whatsoever. >> i'm just asking questions. >> yeah, yeah. we're at a very critical time and bringing on added talent to fill the needs of the campaign and seeing happen. every campaign just like every business has to grow at a certain point and that's the point we are in. >> let me play some sound for you. this is tannen goats, adviser and chair of trump's. >> with a campaign and a thing or two to say about ted cruz. take a listen. >> i mean, what i have just seen is corruptness, the rigged system that mr. trump talks about. i have seen it in action here in iowa. i have seen shady behavior. let's just call it that. until we expect the specifics of what transpired in the shady behavior i witnessed with my eyes then i'll come back on your show and tell you more about that. until i speak to mr. trump, i'm not at liberty to discuss this. >> we just wanted to ask you, haley, do you know anything
about the shady behavior of which tana speaks? >> i don't know specifically. i have said on the record prior in interviews that, you know, ted cruz is a snake in the grass and he will stop at nothing to slit sbeer the white house. he is full of dirty tricks. who knows what she is referring to? but i wouldn't doubt anything that he has up his sleeve. >> snake in the grass. i mean, i know trump accused the cruz camp of wining and dining delegates or potential delegates. have you seen any of that with your own eyes? >> i have not. you know, i'm very busy. i travel. i do a lot of events, out on the front line with voters on behalf of mr. trump and his campaign so i have not seen ted cruz or the campaign up close. but, you know, i know that is happening. >> final question for you, healy. you know, there's obviously more at stake beyond here in new york and a report of trump giving the
top adviser something like $20 million budget to spend on the upcoming contests. can you confirm that for me? >> i am not privy to actual advertising budgets or those type of dollars. or those type of activities. quite frankly, however, i do think that we're going to be engaging a lot more on multiple fronts including advertising events and just being out there and engaging with voters from all walks of life because every voter is important to mr. trump and making america great again. >> okay. thank you so much. good luck today. let's talk about what haley told me and beyond. i have the author of the woman in charge, commentator carl bernstein and also with us aren't we lucky, normally in d.c. bob cusack. editor in chief of "the hill." gentlemen, good to see you both. >> good to be here. >> thank you. >> beyond calling ted cruz a snake in the grass, earlier she said that corey lewandowski is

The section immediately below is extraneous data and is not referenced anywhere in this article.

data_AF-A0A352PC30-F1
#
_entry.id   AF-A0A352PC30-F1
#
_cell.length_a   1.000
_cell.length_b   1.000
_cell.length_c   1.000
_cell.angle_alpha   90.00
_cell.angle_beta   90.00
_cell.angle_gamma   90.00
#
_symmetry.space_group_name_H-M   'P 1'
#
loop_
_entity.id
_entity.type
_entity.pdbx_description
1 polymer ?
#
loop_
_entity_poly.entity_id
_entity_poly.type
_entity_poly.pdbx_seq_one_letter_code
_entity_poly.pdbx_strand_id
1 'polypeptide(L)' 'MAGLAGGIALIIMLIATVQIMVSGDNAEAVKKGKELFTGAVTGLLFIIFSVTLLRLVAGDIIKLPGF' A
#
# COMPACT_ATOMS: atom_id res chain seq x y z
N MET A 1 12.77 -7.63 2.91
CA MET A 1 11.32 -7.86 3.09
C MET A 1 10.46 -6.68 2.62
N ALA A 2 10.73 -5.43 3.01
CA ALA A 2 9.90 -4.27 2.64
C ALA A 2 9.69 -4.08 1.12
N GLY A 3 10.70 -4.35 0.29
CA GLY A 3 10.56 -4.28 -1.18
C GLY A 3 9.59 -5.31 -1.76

campaign manager despite the roles shrinking. what do you think? >> i think it's a new phase for the trump campaign. so close to getting the 1,237 and bringing in establishment figures to get 1,237. i think the campaign feels like if they don't get to 1,237, who knows at the convention and then the momentum moves to cruz. trump is only one to get to 1,237. i think that's part of it. and they're starting to say take this guy away and replace him with this one. that's part of a strategy that we have not seen before. the trump campaign, trump himself, more careful. not going on the sunday shows as much as he newsed to. trying to close this out and this is his strategy. >> think about, carl, just campaigns past. is this something, though, you have this sort of small campaign and suddenly it's quite successful. you're operating out of like a phone booth and then all of a sudden you're the front-runner
of the republican party for the nomination to be the president and then changes. this is happening before, yes? >> sure. times when the ground game changes and looking to establish that he can play within these rules and somehow this arcane super delegate business that he can prevail. the importance you said who's in charge? donald trump is in charge. and it's him that brought them this far. not any of the other guys. easy to get too wrapped up in inside baseball. he is adjusting because he knowinknows he nows has to get to the establishment figures to win. >> do you think it's smart, hiring the new people? >> what is smart is if brings in the right people who know the inside game at this point, but it's the outside game that donald trump invented and has made monkeys of the press, made monkeys of the republican establishment that worked so far and continues to run the outside game. >> again, if trump, of course donald trump, is ultimately in